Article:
We young wives need training and encouragement and opportunity as we learn from you. Please remind the other commanders’ wives. Do you remember learning to manage a home, husband, and baby? I know you do. For me, right now, it’s a lot. I feel guilty if I go out and frustrated if I stay home. I’m seeking balance in my life. You help me by encouraging me to participate and get out occasionally—but don’t ever let me neglect my husband or children. I know you wouldn’t.

So, for so many things, some that have even helped us both I hope, I say thank you. You’re really a special lady, one I’d like to be like someday.


A Lieutenant’s Wife

The Scriptures that came to my mind from this letter are those that speak to servant leadership, pure living, generational mentoring, and humility at all levels:

“ . . . whoever wants to become great among you must be your servant, and whoever wants to be first must be your slave—just as the Son of Man did not come to be served, but to serve, and to give His life as a ransom for many” (Matthew 20:26).

“A wife of noble character who can find? She is worth far more than rubies. Her husband has full confidence in her and lacks nothing of value. She brings him good, not harm, all the days of her life” (Proverbs 31:10-12).

“A kindhearted woman gains respect . . . “ (Proverbs 11:16a).

“Likewise, teach the older women to be reverent in the way they live, not to be slanderers or addicted to much wine, but to teach what is good. Then they can train the younger women to love their husbands and children, to be self-controlled and pure, to be busy at home, to be kind, and to be subject to their husbands, so that no one will malign the word of God” (Titus 2:3-5).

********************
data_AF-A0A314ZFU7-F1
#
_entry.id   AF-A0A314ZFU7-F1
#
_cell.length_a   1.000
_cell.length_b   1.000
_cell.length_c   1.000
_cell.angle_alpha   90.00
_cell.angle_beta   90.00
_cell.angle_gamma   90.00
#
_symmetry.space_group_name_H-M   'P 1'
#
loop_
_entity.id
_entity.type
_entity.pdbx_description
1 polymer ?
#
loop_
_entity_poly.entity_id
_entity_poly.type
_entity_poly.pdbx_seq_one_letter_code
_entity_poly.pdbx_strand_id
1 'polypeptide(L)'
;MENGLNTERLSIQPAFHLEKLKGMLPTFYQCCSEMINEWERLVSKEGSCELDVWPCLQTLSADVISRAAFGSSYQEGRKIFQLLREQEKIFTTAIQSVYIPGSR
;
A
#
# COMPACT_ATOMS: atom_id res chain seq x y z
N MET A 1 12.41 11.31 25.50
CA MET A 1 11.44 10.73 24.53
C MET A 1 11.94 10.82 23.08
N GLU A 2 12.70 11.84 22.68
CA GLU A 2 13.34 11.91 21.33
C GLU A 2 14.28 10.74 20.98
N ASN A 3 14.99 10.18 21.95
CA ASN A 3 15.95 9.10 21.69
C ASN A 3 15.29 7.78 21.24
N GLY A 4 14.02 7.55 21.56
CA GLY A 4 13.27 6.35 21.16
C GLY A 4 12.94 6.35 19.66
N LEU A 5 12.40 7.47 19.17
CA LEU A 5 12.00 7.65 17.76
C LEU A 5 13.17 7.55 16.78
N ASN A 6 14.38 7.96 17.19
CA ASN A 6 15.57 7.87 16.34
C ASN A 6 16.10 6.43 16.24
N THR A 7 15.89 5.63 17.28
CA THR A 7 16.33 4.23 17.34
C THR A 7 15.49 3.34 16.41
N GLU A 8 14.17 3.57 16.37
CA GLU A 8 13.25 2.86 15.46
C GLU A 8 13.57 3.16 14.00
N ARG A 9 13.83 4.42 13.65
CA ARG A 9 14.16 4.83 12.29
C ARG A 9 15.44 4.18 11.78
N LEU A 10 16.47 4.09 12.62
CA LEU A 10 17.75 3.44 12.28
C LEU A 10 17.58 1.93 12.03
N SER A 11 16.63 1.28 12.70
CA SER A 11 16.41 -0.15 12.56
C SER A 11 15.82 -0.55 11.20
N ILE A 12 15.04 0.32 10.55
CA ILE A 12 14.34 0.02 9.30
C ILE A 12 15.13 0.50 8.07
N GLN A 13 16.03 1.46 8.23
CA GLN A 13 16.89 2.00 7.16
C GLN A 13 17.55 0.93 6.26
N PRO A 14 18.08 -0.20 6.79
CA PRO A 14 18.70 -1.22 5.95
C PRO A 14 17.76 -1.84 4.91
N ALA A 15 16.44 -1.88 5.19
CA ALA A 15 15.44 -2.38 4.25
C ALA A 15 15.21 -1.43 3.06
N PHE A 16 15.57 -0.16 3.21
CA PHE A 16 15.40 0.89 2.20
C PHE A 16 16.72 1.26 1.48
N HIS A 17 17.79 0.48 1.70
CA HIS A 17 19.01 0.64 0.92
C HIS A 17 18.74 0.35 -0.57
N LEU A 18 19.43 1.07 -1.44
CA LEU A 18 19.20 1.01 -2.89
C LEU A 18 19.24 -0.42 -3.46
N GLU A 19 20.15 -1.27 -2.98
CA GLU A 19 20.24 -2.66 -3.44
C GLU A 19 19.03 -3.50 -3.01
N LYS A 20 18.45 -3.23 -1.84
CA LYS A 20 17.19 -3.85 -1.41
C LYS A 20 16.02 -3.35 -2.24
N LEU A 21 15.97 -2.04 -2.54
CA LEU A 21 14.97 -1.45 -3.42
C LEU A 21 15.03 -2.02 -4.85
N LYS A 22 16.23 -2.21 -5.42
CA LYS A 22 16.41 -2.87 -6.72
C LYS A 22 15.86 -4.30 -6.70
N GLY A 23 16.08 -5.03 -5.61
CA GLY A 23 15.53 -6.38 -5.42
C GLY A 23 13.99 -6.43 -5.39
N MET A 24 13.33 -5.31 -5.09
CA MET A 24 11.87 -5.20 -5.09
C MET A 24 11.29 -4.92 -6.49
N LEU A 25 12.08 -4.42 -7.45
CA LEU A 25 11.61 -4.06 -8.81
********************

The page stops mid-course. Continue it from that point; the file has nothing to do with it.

“Do nothing out of selfish ambition or vain conceit, but in humility consider others better than yourselves. Each of you should look not only to your own interests, but also to the interests of others” (Philippians 2:3,4).

This letter to an unknown commander’s wife was written during the days of the cold war. If it was true then, it is even more so now in these seemingly endless days of the global war on terror. The drumbeat of today’s operations tempo, sometimes with surprise deployments interrupting what was a “normal” hum of family life makes for a stressful and uncertain military career. But the opportunity is there to live the life as credited to this leader’s wife—in integrity and the modeling of a good attitude and positive perseverance.

And let us never forget—people are watching. Let them see the fruit of the Holy Spirit as demonstrated in love, joy, peace, patience, kindness, goodness, faithfulness, gentleness and self-control which will bring the fragrance of life in Christ into any setting.

Questions to Share:

  1. Is there a commander or commander’s wife who has inspired you to godly living? Share one story of that leader with your spouse.
  2. What attributes do you want others to see in you which can be admired, respected, and modeled?